Offered Spring 2004

Concepts, Representation and Mental States

The research seminar on Language and Mind will be conducted for the Spring of 2004 by Jerry Fodor and Christopher Peacocke. Visitors to the seminar on this interdisciplinary area will include both philosophers and psychologists. We will meet in the Seminar Room of the Philosophy Department on Tuesdays 4:00 to 7:00pm. A preparation session, restricted to students enrolled in the course, will meet on Mondays from 4:00 to 5:00pm. Papers to be discussed at the Tuesday meetings will be available one week in advance, and will be distributed at the preceding seminar. Copies will also be available at the Philosophy Department, Silver Center, Room 503, 100 Washington Square East. Many of the papers will also be available for downloading from this web page. Unless otherwise noted, these papers are in PDF form.

Please note that the time of the preparation session has changed from 5:00 to 4:00 PM.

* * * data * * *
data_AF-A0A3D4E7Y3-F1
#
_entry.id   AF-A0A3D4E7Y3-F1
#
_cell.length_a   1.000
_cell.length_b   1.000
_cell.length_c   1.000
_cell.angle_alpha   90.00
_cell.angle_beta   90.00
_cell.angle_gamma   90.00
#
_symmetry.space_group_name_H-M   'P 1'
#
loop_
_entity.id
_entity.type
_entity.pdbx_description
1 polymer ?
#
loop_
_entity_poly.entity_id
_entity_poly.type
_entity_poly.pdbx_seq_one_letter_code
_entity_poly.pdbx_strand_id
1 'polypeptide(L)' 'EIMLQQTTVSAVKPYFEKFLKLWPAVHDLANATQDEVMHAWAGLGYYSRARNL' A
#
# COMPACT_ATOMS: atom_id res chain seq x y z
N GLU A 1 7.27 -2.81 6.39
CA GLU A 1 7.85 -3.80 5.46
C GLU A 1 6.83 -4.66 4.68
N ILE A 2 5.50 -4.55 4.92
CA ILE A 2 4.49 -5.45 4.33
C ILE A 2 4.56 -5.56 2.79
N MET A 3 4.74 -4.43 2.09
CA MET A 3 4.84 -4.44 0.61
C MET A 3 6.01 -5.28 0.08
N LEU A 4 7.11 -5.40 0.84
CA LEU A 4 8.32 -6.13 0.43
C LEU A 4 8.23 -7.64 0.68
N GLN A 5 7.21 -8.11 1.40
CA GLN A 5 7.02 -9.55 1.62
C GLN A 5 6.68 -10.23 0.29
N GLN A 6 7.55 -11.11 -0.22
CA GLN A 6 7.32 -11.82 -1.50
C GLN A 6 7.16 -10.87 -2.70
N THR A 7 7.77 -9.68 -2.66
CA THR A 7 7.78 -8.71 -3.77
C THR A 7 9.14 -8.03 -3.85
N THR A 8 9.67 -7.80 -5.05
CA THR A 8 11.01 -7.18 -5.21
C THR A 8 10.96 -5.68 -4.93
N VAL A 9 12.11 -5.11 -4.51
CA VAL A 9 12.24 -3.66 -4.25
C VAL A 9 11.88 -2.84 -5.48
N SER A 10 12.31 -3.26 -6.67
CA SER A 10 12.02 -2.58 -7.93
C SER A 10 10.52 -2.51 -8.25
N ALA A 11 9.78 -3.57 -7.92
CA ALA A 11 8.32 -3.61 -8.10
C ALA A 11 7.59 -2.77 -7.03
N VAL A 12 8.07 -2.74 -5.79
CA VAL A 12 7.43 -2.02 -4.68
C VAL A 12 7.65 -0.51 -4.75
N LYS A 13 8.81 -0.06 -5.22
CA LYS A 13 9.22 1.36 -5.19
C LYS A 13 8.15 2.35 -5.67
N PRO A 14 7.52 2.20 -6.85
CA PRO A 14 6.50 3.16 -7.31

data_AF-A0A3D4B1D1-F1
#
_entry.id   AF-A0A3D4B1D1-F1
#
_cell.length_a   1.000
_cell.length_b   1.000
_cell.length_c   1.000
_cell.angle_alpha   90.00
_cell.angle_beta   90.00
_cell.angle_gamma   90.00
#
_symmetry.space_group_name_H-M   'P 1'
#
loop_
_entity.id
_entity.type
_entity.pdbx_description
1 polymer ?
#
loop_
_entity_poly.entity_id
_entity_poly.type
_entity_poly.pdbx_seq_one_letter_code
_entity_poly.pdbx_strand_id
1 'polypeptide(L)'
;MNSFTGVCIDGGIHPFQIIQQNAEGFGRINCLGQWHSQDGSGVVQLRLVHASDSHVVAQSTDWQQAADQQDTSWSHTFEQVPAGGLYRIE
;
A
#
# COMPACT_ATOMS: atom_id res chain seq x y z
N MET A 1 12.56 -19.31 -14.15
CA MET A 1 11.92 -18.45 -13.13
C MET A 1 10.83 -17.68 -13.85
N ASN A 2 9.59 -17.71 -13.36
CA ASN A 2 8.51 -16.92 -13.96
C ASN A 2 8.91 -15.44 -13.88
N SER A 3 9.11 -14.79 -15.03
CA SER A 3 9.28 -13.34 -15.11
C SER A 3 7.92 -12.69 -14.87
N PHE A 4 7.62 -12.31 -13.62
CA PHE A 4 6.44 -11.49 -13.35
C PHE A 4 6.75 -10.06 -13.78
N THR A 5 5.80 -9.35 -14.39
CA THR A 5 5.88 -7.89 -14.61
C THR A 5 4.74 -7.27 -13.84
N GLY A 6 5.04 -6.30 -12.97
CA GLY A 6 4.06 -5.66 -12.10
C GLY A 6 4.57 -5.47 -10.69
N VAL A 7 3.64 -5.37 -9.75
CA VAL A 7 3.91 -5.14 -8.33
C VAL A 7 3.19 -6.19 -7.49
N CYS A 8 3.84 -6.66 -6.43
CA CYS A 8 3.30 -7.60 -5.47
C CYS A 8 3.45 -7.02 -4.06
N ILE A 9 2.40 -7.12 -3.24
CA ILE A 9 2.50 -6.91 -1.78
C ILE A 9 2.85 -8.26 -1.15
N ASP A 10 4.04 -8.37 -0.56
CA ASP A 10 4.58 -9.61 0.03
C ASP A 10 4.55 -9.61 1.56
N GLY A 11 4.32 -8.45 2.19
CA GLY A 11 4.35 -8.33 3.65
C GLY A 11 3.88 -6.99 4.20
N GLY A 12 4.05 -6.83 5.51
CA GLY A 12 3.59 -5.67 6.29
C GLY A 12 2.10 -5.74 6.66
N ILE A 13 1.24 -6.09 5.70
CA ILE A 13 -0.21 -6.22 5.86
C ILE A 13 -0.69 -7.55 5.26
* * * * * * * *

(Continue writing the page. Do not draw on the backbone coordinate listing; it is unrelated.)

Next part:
Schedule of Visitors:

January 20, 2004:

Jerry Fodor
Rutgers University and NYU

January 27, 2004:

Christopher Peacocke
  • "Mental Action and Mental Concepts".

February 3, 2004:

Austen Clark
University of Connecticut

February 10, 2004:

Robert Brandom
University of Pittsburgh

February 17, 2004:

Elizabeth Spelke
Department of Psychology, Harvard University

February 24, 2004:

John Campbell
Oxford University

March 2, 2004:

Zenon Pylyshyn
Department of Psychology, Rutgers University

March 9, 2004:

Charles Ransom Gallistel
Department of Psychology, Rutgers University
  • "Insect Navigation: Brains as Symbol-Processing Organs" electronic preprint of "Symbolic Processes in the brain: The case of insect navigation" in D. Scarorough and S. Sternberg (eds.) Methods, models and conceptual issues. Vol. 4 of An Invitation to Cognitive Science. Second Edition. (D. Osherson, General Editor.) Cambridge, MA: MIT Press.

March 23, 2004:

Sean Kelly
Princeton University

March 30, 2004

Susan Carey
Department of Psychology, Harvard University
  • The Origin of Concepts, Chapter 1, Chapter 2, and Chapter 3. Chapter 3 is the most important, Chapter 2 informs Chapter 3, and Chapter 1 simply gives and overview of the book from which these chapters come. Concentrate on Chapter 3: pp 1-13 and 17-28, Chapter 2: pp. 1-19, 23-28, and Chapter 1: 2-7.

April 6, 2004:

José Bermúdez
Washington University, St. Louis

April 13, 2004:

Fred Dretske
Duke University

April 20, 2004:

Alan Leslie
Department of Psychology, Rutgers University

April 27, 2004:

Jane Heal
University of Cambridge

updated 11/5/03